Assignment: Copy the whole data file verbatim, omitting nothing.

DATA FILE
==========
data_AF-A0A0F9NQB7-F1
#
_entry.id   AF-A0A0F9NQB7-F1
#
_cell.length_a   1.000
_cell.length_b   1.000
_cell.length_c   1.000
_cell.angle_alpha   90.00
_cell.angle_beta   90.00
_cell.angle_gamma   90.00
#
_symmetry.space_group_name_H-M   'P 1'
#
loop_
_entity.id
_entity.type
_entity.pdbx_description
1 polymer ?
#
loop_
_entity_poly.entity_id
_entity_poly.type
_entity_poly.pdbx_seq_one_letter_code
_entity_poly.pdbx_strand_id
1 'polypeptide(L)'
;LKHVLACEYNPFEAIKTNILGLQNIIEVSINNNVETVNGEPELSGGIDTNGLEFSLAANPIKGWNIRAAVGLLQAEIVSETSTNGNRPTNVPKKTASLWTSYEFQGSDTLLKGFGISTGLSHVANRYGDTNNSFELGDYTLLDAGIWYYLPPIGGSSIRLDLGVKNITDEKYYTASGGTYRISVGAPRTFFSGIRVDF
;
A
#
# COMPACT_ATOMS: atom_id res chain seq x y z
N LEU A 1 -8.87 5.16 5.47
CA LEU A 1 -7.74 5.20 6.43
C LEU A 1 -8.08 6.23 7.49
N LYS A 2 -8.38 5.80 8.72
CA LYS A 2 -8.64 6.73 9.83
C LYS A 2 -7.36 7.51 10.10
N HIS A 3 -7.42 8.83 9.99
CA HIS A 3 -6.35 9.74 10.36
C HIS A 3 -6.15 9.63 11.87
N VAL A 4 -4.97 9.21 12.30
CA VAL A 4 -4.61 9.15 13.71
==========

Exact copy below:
data_AF-A0A0F9NQB7-F1
#
_entry.id   AF-A0A0F9NQB7-F1
#
_cell.length_a   1.000
_cell.length_b   1.000
_cell.length_c   1.000
_cell.angle_alpha   90.00
_cell.angle_beta   90.00
_cell.angle_gamma   90.00
#
_symmetry.space_group_name_H-M   'P 1'
#
loop_
_entity.id
_entity.type
_entity.pdbx_description
1 polymer ?
#
loop_
_entity_poly.entity_id
_entity_poly.type
_entity_poly.pdbx_seq_one_letter_code
_entity_poly.pdbx_strand_id
1 'polypeptide(L)'
;LKHVLACEYNPFEAIKTNILGLQNIIEVSINNNVETVNGEPELSGGIDTNGLEFSLAANPIKGWNIRAAVGLLQAEIVSETSTNGNRPTNVPKKTASLWTSYEFQGSDTLLKGFGISTGLSHVANRYGDTNNSFELGDYTLLDAGIWYYLPPIGGSSIRLDLGVKNITDEKYYTASGGTYRISVGAPRTFFSGIRVDF
;
A
#
# COMPACT_ATOMS: atom_id res chain seq x y z
N LEU A 1 -8.87 5.16 5.47
CA LEU A 1 -7.74 5.20 6.43
C LEU A 1 -8.08 6.23 7.49
N LYS A 2 -8.38 5.80 8.72
CA LYS A 2 -8.64 6.73 9.83
C LYS A 2 -7.36 7.51 10.10
N HIS A 3 -7.42 8.83 9.99
CA HIS A 3 -6.35 9.74 10.36
C HIS A 3 -6.15 9.63 11.87
N VAL A 4 -4.97 9.21 12.30
CA VAL A 4 -4.61 9.15 13.71